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Cancer cases in Europe nearly double every decade.



World Cancer Day

Startling data published by the Lancet Oncology journal reveals an alarming 41% surge in tumor cases over the past ten years. This revelation coincides with World Cancer Day, marked annually on February 4th.


The statistics pertaining to registered cancer patients in Europe continue to be far from reassuring, despite significant efforts and advances in early and personalized diagnosis within the medical field.


The initial contemplation centers on the role of environmental pollution and unhealthy lifestyles, both of which exert a significant influence on the development of cancerous conditions. Previously, cancer was considered a multifaceted ailment whose emergence hinged on various factors that required ample time to manifest.


However, contemporary evidence suggests a swift reduction in this timeline, despite improvements in healthcare systems and the promotion of screening initiatives.

The figure "Cancer affects over 20% of Europeans, with a 41% increase in a decade" translates to a staggering 23.7 million people grappling with cancer across Europe. While this increase could partially be attributed to an aging population, a 41% spike from 2010 to 2020 remains unexpectedly high. The surge is notably pronounced among men, with prostate cancer cases rising by 37%. Among women, the incidence of breast cancer has surged by 43%.


Researchers evaluated data spanning from 1978 to 2013, comparing it with the most recent decade. Specifically, they examined the cumulative number of cancer cases, encompassing new diagnoses, ongoing treatments, and those already treated in 2020. This comprehensive analysis drew from the data provided by 61 cancer registries across 29 countries participating in the EUROCARE-6 research program.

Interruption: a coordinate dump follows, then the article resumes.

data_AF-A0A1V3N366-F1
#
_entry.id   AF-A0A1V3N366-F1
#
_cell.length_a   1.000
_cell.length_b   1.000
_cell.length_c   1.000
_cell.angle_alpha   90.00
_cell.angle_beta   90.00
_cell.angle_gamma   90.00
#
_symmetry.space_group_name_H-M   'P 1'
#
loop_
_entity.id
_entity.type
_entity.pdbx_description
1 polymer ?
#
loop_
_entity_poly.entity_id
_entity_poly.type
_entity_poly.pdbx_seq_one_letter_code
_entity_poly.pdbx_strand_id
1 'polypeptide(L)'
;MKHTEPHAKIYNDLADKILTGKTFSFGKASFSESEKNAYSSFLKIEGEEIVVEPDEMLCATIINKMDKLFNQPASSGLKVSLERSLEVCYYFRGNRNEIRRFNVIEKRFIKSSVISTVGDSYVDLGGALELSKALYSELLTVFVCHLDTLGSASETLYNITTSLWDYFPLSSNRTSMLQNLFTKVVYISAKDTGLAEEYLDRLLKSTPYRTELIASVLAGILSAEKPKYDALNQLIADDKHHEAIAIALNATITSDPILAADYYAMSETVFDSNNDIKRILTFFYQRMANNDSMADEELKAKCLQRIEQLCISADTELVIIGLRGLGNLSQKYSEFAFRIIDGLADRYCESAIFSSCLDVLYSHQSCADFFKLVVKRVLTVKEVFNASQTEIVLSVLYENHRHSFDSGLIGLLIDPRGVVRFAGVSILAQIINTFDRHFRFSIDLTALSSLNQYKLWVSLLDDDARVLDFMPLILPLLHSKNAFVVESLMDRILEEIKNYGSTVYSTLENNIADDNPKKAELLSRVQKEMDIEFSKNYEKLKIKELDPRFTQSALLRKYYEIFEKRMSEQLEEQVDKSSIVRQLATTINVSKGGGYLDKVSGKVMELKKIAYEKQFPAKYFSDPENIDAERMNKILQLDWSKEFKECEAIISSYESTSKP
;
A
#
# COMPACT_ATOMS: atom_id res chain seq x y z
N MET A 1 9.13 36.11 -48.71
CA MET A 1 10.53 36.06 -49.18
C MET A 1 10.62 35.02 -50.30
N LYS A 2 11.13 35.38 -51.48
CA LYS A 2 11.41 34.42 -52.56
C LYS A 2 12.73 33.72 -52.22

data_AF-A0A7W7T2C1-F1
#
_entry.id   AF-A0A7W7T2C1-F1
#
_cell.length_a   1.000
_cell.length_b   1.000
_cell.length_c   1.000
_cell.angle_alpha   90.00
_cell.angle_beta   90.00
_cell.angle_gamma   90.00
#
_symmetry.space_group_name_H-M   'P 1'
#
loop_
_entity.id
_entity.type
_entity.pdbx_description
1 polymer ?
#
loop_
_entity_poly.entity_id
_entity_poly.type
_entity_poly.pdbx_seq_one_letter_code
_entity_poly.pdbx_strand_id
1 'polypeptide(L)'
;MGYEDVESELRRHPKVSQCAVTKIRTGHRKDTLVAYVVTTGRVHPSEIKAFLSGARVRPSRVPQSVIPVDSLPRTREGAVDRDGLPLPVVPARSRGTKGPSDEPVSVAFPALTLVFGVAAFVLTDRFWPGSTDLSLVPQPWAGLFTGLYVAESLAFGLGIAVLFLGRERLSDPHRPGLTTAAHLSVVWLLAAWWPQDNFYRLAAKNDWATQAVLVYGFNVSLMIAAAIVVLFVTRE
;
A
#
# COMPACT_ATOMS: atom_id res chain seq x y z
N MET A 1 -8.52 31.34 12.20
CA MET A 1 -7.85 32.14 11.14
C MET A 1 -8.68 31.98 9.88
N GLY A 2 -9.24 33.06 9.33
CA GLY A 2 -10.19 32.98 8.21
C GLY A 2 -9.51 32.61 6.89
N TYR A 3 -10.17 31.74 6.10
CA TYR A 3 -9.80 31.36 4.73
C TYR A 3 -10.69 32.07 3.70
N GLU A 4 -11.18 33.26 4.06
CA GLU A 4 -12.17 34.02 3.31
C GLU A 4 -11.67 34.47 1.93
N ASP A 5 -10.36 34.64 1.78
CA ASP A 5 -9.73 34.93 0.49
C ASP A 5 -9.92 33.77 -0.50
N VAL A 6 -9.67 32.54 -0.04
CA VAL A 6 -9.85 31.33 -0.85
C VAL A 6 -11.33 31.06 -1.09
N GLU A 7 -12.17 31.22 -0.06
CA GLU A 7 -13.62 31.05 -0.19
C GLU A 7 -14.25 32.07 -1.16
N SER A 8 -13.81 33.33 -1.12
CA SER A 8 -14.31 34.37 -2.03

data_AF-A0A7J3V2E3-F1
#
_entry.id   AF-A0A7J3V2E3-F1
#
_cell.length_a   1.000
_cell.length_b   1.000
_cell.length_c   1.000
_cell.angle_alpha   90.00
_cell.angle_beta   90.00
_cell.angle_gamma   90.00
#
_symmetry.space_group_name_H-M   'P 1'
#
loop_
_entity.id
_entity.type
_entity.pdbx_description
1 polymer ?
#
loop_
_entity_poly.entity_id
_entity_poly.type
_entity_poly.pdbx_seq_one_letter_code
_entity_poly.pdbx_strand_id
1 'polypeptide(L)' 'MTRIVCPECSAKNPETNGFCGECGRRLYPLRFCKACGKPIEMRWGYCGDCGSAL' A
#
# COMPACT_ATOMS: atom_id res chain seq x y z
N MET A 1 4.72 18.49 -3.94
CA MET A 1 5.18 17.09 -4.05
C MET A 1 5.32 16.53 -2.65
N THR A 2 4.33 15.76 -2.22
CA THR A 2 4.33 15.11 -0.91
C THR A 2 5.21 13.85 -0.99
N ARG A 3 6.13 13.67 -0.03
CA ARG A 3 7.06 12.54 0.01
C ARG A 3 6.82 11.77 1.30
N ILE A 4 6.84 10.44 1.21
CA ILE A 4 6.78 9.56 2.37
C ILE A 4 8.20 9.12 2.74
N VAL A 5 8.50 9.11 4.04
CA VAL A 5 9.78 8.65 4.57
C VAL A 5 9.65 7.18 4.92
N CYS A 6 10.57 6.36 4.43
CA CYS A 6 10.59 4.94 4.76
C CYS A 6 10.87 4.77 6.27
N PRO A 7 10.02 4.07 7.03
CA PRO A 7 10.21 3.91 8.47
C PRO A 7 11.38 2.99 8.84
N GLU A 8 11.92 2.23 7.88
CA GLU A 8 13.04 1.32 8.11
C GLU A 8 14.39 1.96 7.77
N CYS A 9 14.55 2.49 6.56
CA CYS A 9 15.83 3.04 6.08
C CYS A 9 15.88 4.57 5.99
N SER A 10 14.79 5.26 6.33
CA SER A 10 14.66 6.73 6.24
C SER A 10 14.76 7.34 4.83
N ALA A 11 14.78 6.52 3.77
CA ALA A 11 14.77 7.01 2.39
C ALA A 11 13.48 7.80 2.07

It is becoming increasingly evident that Germany, Italy, Belgium, and France witnessed more substantial increases compared to Bulgaria, Poland, and Slovakia. Consequently, cancer is now defined as an "environmental genetic pathology," attributing its occurrence not only to age but also to lifestyle factors such as smoking, physical inactivity, obesity, and dietary choices, as well as exposure to environmental hazards.


Despite diagnostic advancements and the wider adoption of screening programs, alongside an increase in life expectancy, there is a concurrent, progressive rise in oncological afflictions. This scenario places a substantial economic burden on healthcare systems as they grapple to fund oncology therapies and ensure adequate healthcare provision and social assistance to individuals.


Addressing this crisis necessitates a multifaceted approach that amalgamates political interventions, health education initiatives, and a robust healthcare system. Such measures are urgently required to bolster primary prevention efforts, curtail the number of cancer cases, and enhance the prospects of recovery.


Professor Antonio Giordano, M.D., Ph.D., is the creator and head of the Sbarro Health Research Organization, located at Temple University's College of Science and Technology in Philadelphia. Stay connected with him through his various social media platforms, including Facebook, LinkedIn, Twitter, and Instagram, to receive the latest updates.



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